break;

     case "match3" :
       PHP statements
     break;

     case "match4" :
      PHP statements
     break;

     case "match5" :
      PHP statements
     break;

     default :
      PHP statements
     break;
}

There can be any number of case statements - basically as many as you need to fully compare the value in the switch statement against the possible options (represented by match1 through to match5 in the above example) specified by the case statements. When a match is found the PHP statements corresponding to the matching case are executed. Note the break; statement in each case - this is important. Without the break; all the cases after the matching case will also be executed when a match is found.

The default statement specifies the action that should be taken if no match is found. The following provides an example of the switch statement in action:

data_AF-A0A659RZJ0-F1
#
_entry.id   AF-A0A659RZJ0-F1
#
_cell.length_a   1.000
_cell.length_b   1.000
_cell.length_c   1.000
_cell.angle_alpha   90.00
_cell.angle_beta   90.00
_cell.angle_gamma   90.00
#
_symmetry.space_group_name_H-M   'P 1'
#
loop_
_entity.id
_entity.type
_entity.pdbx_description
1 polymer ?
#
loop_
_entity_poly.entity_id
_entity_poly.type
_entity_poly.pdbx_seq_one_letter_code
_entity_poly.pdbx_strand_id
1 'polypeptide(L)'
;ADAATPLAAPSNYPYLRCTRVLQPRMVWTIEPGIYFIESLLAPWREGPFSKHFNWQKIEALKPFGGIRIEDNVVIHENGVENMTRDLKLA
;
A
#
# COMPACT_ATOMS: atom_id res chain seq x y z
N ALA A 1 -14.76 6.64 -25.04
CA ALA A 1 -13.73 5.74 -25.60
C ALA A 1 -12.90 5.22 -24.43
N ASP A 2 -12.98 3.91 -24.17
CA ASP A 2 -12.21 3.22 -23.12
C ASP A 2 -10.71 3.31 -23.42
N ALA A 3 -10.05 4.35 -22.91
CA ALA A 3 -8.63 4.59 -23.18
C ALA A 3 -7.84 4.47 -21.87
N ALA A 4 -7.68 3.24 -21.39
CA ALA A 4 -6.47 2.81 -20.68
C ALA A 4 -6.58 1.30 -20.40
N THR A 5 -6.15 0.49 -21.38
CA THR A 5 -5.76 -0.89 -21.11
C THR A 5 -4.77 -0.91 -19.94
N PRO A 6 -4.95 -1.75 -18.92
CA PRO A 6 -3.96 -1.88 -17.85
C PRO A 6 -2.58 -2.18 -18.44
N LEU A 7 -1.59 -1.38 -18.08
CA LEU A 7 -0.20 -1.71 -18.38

<?php
$carModel = "Edge";

switch ($carModel)
{
     case "Caravan" :
     print "Manufactured by Dodge";
     break;

     case "Supra" :
     print "Manufactured by Toyota";
     break;

     case "Edge" :
     print "Manufactured by Ford";
     break;

     case "540i" :
     print "Manufactured by BMW";
     break;

     case "Prelude" :
     print "Manufactured by Honda";
     break;

     default  :
     print "Unknown Model of Car";
     break;
}
?>

Breaking a Loop

Occasionally it is necessary to exit from a loop before it has met whatever completion criteria were specified. To achieve this, the break statement must be used. The following example contains a loop that uses the break statement to exit from the loop when i = 100, even though the loop is designed to iterate 1000 times: